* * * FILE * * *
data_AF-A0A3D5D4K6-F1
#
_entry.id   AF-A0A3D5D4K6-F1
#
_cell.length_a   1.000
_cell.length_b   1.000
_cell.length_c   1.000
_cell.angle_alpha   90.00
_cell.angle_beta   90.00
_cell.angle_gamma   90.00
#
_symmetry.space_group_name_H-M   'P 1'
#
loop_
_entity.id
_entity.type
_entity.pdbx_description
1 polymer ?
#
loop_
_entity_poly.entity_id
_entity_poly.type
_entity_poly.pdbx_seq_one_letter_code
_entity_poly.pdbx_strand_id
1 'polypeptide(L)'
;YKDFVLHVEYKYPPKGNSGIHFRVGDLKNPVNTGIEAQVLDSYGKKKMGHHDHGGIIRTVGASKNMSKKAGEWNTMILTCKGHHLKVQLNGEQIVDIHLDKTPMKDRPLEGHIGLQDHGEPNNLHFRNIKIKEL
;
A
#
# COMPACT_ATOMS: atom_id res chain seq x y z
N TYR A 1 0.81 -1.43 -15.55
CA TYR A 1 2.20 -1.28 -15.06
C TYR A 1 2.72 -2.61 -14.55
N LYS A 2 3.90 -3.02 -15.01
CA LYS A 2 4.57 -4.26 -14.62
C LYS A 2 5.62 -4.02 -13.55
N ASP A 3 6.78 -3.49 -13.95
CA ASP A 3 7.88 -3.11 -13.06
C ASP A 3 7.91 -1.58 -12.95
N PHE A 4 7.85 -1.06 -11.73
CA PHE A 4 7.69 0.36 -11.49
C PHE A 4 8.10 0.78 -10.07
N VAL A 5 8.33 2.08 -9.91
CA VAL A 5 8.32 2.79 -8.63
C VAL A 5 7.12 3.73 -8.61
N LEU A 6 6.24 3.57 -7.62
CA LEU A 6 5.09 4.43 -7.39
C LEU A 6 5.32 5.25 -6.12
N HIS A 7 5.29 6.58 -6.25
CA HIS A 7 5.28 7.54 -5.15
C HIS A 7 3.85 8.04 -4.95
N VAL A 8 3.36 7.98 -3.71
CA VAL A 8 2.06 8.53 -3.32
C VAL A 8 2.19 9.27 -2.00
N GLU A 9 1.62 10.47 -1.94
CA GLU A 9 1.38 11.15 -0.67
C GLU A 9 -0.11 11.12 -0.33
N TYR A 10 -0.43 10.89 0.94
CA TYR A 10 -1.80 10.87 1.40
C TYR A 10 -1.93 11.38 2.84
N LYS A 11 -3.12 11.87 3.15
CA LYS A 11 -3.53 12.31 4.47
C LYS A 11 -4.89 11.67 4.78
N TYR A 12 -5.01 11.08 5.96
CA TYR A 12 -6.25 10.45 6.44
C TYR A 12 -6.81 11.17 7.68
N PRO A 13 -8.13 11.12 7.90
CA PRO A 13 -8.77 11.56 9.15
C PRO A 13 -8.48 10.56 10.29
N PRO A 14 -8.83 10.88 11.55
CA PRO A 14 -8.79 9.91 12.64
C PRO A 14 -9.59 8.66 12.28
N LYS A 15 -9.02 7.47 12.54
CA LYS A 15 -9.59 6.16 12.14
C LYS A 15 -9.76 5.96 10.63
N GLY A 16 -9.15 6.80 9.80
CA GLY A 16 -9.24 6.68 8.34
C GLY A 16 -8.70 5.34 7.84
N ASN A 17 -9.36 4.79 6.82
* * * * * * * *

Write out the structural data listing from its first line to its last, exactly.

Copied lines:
data_AF-A0A3D5D4K6-F1
#
_entry.id   AF-A0A3D5D4K6-F1
#
_cell.length_a   1.000
_cell.length_b   1.000
_cell.length_c   1.000
_cell.angle_alpha   90.00
_cell.angle_beta   90.00
_cell.angle_gamma   90.00
#
_symmetry.space_group_name_H-M   'P 1'
#
loop_
_entity.id
_entity.type
_entity.pdbx_description
1 polymer ?
#
loop_
_entity_poly.entity_id
_entity_poly.type
_entity_poly.pdbx_seq_one_letter_code
_entity_poly.pdbx_strand_id
1 'polypeptide(L)'
;YKDFVLHVEYKYPPKGNSGIHFRVGDLKNPVNTGIEAQVLDSYGKKKMGHHDHGGIIRTVGASKNMSKKAGEWNTMILTCKGHHLKVQLNGEQIVDIHLDKTPMKDRPLEGHIGLQDHGEPNNLHFRNIKIKEL
;
A
#
# COMPACT_ATOMS: atom_id res chain seq x y z
N TYR A 1 0.81 -1.43 -15.55
CA TYR A 1 2.20 -1.28 -15.06
C TYR A 1 2.72 -2.61 -14.55
N LYS A 2 3.90 -3.02 -15.01
CA LYS A 2 4.57 -4.26 -14.62
C LYS A 2 5.62 -4.02 -13.55
N ASP A 3 6.78 -3.49 -13.95
CA ASP A 3 7.88 -3.11 -13.06
C ASP A 3 7.91 -1.58 -12.95
N PHE A 4 7.85 -1.06 -11.73
CA PHE A 4 7.69 0.36 -11.49
C PHE A 4 8.10 0.78 -10.07
N VAL A 5 8.33 2.08 -9.91
CA VAL A 5 8.32 2.79 -8.63
C VAL A 5 7.12 3.73 -8.61
N LEU A 6 6.24 3.57 -7.62
CA LEU A 6 5.09 4.43 -7.39
C LEU A 6 5.32 5.25 -6.12
N HIS A 7 5.29 6.58 -6.25
CA HIS A 7 5.28 7.54 -5.15
C HIS A 7 3.85 8.04 -4.95
N VAL A 8 3.36 7.98 -3.71
CA VAL A 8 2.06 8.53 -3.32
C VAL A 8 2.19 9.27 -2.00
N GLU A 9 1.62 10.47 -1.94
CA GLU A 9 1.38 11.15 -0.67
C GLU A 9 -0.11 11.12 -0.33
N TYR A 10 -0.43 10.89 0.94
CA TYR A 10 -1.80 10.87 1.40
C TYR A 10 -1.93 11.38 2.84
N LYS A 11 -3.12 11.87 3.15
CA LYS A 11 -3.53 12.31 4.47
C LYS A 11 -4.89 11.67 4.78
N TYR A 12 -5.01 11.08 5.96
CA TYR A 12 -6.25 10.45 6.44
C TYR A 12 -6.81 11.17 7.68
N PRO A 13 -8.13 11.12 7.90
CA PRO A 13 -8.77 11.56 9.15
C PRO A 13 -8.48 10.56 10.29
N PRO A 14 -8.83 10.88 11.55
CA PRO A 14 -8.79 9.91 12.64
C PRO A 14 -9.59 8.66 12.28
N LYS A 15 -9.02 7.47 12.54
CA LYS A 15 -9.59 6.16 12.14
C LYS A 15 -9.76 5.96 10.63
N GLY A 16 -9.15 6.80 9.80
CA GLY A 16 -9.24 6.68 8.34
C GLY A 16 -8.70 5.34 7.84
N ASN A 17 -9.36 4.79 6.82